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Shyamal Banerjee/Mint
Shyamal Banerjee/Mint

FinMin should move quickly on depository receipt proposals

M.S. Sahoo Committee's recommendations for revamping the regulatory framework for DRs are welcome

Depository receipts (DRs) are an important tool to tackle the problem of home bias in investors’ portfolio decisions. Either because of regulation or choice, most investors favour assets that are available onshore, and DRs help overcome this problem. While India (or should we say bharat) had allowed DR programmes against overseas equity some years ago, and had permitted Indian companies to launch DR programmes overseas over two decades ago, both efforts haven’t produced the best results.

In this backdrop, the M.S. Sahoo Committee’s recommendations for revamping the regulatory framework for DRs are welcome. The committee has recommended exciting new avenues such as non capital-raising DRs and receipts backed by a wide range of securities, other than equity. It has also provided a much needed simplification of taxation rules and other administrative matters.

The Sahoo committee recently submitted its report on domestic DRs, i.e. receipts issued onshore against overseas securities. It has coined a new phrase for domestic DRs—Bharat depository receipts—which include the existing Indian depository receipts and other receipts with a wider range of securities as underlying. Last November, it had submitted its report on DRs issued against Indian securities in overseas markets; although the report was made public only in May.

One of the main features of both reports is that while they work within the existing capital control regime, there is an attempt to remove unnecessary hurdles and allow free flow of capital from foreign investors to the domestic market, and from domestic investors to foreign markets.

DRs allow local investors to buy overseas assets in their own jurisdiction and in their own currency. Even though Indian nationals are allowed to invest $125,000 in overseas assets, this opportunity is hardly availed largely because of the earlier mentioned home bias problem. Thus, it makes sense to widen the scope of DRs and make more opportunities available to investors.

The committee has done well to recommend issuances against debt and other instruments; existing schemes only allow DR programmes to be launched against equity securities. Importantly, it has given a nod to non-capital raising DR programmes, which should lead to a high level of issuer interest.

Currently, Indian companies must raise capital to launch a DR scheme overseas. For a cash-rich company such as, say, Tata Consultancy Services Ltd, this acts as a disincentive to launch a DR. But this also means that it misses out on other benefits that accrue from an overseas issuance, such as increased visibility and a wider investor base. In a non-capital raising DR, a company can initiate a programme with the help of a depository/depository participant, whereby shares are bought from the local market and are converted into DRs.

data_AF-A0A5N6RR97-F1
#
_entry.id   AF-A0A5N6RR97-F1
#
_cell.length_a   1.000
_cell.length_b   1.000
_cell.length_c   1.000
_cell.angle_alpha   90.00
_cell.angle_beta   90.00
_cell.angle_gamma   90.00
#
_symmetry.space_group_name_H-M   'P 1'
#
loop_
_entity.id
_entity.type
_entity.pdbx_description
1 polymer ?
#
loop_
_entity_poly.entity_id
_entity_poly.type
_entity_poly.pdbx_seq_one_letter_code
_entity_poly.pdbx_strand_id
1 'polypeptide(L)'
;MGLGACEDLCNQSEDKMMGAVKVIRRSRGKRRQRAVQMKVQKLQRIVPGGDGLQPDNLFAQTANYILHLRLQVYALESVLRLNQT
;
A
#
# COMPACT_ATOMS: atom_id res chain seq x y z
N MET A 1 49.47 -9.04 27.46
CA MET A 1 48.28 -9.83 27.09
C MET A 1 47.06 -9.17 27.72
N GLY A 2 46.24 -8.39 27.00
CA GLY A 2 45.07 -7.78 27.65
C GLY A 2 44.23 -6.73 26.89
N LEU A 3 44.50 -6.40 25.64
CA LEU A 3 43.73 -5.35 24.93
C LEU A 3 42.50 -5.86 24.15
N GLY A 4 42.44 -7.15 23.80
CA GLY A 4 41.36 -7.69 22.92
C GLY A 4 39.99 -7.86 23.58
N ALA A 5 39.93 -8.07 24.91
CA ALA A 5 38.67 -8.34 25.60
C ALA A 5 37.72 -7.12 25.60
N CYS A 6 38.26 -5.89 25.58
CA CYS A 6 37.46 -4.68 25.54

Even unsponsored DRs have been proposed, where the company isn’t involved at all. Some investors either can’t access overseas assets because of restrictions in their investment mandates (e.g. some pension funds); and some investors don’t want to go through the rigmarole of registering with an overseas regulatory authority to invest. These investors can approach their broker to launch a DR programme with overseas assets as underlying securities. The broker, in turn, will buy these assets from the overseas market and DRs can be issued against them.

The regulations also open up the possibility of investors in Indian companies to initiate a DR programme without the co-operation of the company. This will allow, for instance, some private equity and venture capital firms to cash out when they feel there is in an inordinate delay in going public.

All told, the new regulations provide myriad opportunities to tap overseas capital. Given the fact that apart from top companies, foreign investment in Indian companies is fairly low, the proposed widening of the overseas investor base will be beneficial and should be put in place soon. Since the report on overseas DRs was issued over seven months ago, the government will do well to implement it soon, starting with making necessary changes during the budget session.

The report on domestic DRs has been submitted recently, and it’s likely that the government will take some more time. Even so, considering that most recommendations are keeping in mind the prevailing capital control regime, the government should be able to make a fairly quick decision on implementing them.

As with the Indian Financial Code, the committee has already provided draft regulations for the new DR proposals, making the task all the more easier for the government.

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